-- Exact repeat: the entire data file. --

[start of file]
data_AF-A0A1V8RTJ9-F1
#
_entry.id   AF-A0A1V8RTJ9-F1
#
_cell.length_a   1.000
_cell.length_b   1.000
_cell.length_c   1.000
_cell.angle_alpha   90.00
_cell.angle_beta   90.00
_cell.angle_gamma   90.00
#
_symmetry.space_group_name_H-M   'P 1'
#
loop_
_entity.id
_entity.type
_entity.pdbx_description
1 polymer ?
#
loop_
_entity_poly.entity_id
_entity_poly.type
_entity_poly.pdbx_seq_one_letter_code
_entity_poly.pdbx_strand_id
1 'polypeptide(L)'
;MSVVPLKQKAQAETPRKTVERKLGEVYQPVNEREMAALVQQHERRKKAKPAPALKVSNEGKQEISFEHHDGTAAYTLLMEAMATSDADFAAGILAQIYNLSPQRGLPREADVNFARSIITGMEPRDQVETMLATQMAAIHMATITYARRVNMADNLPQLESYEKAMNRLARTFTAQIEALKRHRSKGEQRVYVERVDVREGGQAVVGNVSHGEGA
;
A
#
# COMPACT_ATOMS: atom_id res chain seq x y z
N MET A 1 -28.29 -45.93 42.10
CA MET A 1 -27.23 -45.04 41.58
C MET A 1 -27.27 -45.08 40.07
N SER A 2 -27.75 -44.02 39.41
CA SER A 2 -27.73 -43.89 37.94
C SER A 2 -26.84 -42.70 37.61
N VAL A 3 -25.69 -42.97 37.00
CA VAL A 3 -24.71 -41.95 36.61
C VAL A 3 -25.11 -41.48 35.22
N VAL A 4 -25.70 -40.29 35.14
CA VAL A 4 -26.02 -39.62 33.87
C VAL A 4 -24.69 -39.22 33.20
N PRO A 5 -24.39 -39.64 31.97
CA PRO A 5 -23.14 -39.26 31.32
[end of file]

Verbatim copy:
data_AF-A0A1V8RTJ9-F1
#
_entry.id   AF-A0A1V8RTJ9-F1
#
_cell.length_a   1.000
_cell.length_b   1.000
_cell.length_c   1.000
_cell.angle_alpha   90.00
_cell.angle_beta   90.00
_cell.angle_gamma   90.00
#
_symmetry.space_group_name_H-M   'P 1'
#
loop_
_entity.id
_entity.type
_entity.pdbx_description
1 polymer ?
#
loop_
_entity_poly.entity_id
_entity_poly.type
_entity_poly.pdbx_seq_one_letter_code
_entity_poly.pdbx_strand_id
1 'polypeptide(L)'
;MSVVPLKQKAQAETPRKTVERKLGEVYQPVNEREMAALVQQHERRKKAKPAPALKVSNEGKQEISFEHHDGTAAYTLLMEAMATSDADFAAGILAQIYNLSPQRGLPREADVNFARSIITGMEPRDQVETMLATQMAAIHMATITYARRVNMADNLPQLESYEKAMNRLARTFTAQIEALKRHRSKGEQRVYVERVDVREGGQAVVGNVSHGEGA
;
A
#
# COMPACT_ATOMS: atom_id res chain seq x y z
N MET A 1 -28.29 -45.93 42.10
CA MET A 1 -27.23 -45.04 41.58
C MET A 1 -27.27 -45.08 40.07
N SER A 2 -27.75 -44.02 39.41
CA SER A 2 -27.73 -43.89 37.94
C SER A 2 -26.84 -42.70 37.61
N VAL A 3 -25.69 -42.97 37.00
CA VAL A 3 -24.71 -41.95 36.61
C VAL A 3 -25.11 -41.48 35.22
N VAL A 4 -25.70 -40.29 35.14
CA VAL A 4 -26.02 -39.62 33.87
C VAL A 4 -24.69 -39.22 33.20
N PRO A 5 -24.39 -39.64 31.97
CA PRO A 5 -23.14 -39.26 31.32